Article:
USDA Forest Service

Pacific Southwest Research Station


Pacific Southwest Research Station
800 Buchanan Street
Albany, CA 94710-0011

(510) 559-6300

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Management options for reducing wildlife risk and maximizing carbon storage under future climate changes, ignition patterns, and forest treatments

Proposal [pdf]

Lead Researchers:

Robert M. Scheller, Environmental Sciences and Management Dept., Portland State University; Jian Yang and Peter J. Weisberg, University of Nevada-Reno; Alison Stanton, BMP Ecosciences


Forested landscapes are subject to increasingly diverse and often competing demands from society. In recent years this has come to include the net sequestration of carbon (C) from the atmosphere. Managing large forested landscape for the reduction of fire risk and atmospheric C regulation, in the context of changing climate regimes and altered disturbance regimes, presents new challenges and will require an integrated assessment that incorporates all of the critically relevant processes such as forest disturbance, management, succession, and the carbon cycle, including belowground C sequestration. Successful management will require information about the inherent trade-offs among multiple objectives and improved awareness of the opportunities for spatially optimizing management on the landscape. We propose to compare and evaluate long-term impacts of fire suppression, prescribed fire, wildfire, and fuel treatments on the long-term potential for Lake Tahoe forests to sequester carbon or otherwise contribute to reducing greenhouse gas emissions in a global change context. We will explicitly assess the tradeoffs among management for C sequestration, prescribed fires, mechanical fuel treatments, and stochastically recurring large and severe wildland fires. Predicted changes in climate and ignition patterns will be simulated along with changing fire spread behavior in response to future meteorological conditions, vegetation dynamics, and fuel treatments to examine long-term effects on C emissions, forest structure, and forest composition. Our project will demonstrate an operational method for explicit consideration of greenhouse gases in landscape-level forest management.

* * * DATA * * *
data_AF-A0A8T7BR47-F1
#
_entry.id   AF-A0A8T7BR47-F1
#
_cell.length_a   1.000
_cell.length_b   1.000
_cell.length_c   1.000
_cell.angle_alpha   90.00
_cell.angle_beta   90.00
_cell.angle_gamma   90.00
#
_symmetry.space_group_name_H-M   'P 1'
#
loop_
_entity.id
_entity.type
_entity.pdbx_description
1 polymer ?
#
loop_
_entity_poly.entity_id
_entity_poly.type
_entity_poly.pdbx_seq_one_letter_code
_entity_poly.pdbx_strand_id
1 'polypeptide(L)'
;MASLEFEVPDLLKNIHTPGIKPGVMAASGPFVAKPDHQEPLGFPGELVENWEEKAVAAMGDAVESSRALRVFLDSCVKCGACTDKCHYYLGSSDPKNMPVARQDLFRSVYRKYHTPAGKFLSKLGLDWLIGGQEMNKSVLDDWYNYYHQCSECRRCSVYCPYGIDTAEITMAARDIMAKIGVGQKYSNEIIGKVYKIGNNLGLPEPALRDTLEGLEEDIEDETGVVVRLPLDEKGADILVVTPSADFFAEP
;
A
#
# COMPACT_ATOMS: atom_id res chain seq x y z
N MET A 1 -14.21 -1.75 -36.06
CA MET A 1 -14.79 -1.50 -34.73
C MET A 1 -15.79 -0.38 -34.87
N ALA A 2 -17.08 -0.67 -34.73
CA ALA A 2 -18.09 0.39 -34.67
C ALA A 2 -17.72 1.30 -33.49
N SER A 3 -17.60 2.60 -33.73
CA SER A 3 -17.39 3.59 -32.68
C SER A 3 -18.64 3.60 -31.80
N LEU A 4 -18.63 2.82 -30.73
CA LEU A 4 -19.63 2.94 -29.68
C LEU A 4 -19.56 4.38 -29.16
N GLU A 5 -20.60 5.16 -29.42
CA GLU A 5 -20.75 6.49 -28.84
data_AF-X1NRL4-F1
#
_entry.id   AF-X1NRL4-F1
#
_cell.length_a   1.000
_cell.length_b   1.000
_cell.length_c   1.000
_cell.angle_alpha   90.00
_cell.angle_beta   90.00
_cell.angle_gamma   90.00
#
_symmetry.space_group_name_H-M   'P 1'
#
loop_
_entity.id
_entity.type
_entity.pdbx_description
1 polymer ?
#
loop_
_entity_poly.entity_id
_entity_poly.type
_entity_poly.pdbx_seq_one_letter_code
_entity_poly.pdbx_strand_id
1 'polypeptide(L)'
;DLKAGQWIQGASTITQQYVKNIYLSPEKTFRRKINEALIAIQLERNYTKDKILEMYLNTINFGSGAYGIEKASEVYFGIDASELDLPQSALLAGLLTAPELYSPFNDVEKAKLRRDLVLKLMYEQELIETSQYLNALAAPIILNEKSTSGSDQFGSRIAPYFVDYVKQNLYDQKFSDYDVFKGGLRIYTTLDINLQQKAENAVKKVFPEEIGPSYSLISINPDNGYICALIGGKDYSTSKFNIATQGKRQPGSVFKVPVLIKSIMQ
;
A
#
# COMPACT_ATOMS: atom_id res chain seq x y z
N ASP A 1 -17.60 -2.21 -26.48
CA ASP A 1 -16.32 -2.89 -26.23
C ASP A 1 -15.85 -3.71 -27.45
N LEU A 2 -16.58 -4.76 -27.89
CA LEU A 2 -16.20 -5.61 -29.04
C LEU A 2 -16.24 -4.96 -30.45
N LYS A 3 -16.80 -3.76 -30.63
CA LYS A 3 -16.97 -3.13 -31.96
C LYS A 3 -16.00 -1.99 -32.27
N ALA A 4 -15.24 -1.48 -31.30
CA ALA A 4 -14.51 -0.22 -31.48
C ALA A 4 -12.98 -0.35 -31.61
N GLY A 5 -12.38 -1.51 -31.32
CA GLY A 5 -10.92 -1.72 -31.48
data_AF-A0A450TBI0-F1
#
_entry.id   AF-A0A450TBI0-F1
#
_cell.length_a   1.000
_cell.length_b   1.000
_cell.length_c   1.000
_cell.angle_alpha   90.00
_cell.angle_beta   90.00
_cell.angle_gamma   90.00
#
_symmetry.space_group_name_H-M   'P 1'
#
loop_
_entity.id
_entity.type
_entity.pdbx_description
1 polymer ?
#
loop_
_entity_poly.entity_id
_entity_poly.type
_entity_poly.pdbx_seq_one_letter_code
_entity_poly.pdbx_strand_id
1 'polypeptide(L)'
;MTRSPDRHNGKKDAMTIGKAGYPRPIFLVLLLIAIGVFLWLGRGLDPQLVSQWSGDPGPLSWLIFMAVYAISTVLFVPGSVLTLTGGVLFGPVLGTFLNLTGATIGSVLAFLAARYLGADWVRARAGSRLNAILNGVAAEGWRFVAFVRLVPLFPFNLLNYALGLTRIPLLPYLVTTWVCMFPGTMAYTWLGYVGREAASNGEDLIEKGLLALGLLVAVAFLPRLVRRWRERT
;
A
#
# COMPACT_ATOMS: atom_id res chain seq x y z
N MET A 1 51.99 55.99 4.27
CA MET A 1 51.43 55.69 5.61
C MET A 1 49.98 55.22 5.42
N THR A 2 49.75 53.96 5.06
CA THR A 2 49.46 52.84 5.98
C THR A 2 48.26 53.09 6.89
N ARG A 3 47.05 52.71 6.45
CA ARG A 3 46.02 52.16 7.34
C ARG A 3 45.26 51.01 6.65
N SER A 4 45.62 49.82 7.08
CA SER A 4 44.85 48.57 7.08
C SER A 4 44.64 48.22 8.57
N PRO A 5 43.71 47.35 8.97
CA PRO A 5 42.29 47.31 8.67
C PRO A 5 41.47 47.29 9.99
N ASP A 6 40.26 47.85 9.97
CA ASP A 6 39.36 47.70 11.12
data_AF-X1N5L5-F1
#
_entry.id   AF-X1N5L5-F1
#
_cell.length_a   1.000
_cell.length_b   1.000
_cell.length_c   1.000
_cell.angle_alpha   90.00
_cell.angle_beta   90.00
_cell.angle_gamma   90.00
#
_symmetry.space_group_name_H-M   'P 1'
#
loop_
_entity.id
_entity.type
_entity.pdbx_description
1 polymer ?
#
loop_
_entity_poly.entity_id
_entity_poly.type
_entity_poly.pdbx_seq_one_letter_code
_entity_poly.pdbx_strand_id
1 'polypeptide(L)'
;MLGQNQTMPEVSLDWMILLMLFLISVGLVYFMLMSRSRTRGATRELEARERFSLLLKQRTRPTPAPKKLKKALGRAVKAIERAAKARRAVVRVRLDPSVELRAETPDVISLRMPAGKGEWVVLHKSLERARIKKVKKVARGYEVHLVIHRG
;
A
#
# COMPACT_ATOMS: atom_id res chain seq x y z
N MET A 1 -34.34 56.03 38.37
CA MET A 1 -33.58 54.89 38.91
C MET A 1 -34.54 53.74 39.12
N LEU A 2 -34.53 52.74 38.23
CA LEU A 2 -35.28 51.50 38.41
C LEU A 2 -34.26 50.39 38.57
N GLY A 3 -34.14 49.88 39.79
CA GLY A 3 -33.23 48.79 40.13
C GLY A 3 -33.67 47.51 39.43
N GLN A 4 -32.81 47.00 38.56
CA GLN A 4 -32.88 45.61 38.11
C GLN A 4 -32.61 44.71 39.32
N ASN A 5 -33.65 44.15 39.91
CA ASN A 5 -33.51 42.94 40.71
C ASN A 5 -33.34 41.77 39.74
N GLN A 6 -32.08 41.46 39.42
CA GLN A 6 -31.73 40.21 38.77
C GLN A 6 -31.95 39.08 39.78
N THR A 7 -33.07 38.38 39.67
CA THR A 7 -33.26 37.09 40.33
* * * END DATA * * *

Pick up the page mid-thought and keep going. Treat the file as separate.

Relation to Other SNPLMA Projects

The project will leverage existing datasets from SNPLMA science projects, including use of the long-term dataset from the Round 7 science project "Analysis of 15 years of data from California State Parks prescribed fire monitoring program." Additionally, the lead investigator has been in contact with Robert Coats, the principal investigator for the Round 8 SNPLMA science project, "The effects of climate change on Lake Tahoe, and implications for design of best management practices", to identify how this project can build upon that work to downscale global climate models for the Tahoe basin. This project seeks to downscale such projections to a finer resolution. This project may also consider results from the wind modeling proposed in the Round 10 science project, "Improving meteorological data and forecasts for prescribed fire burn day decisions for the Lake Tahoe Basin" to help evaluate future wildfire behavior.

Expected date of final products:

June 2012

Last Modified: Mar 28, 2013 02:52:07 PM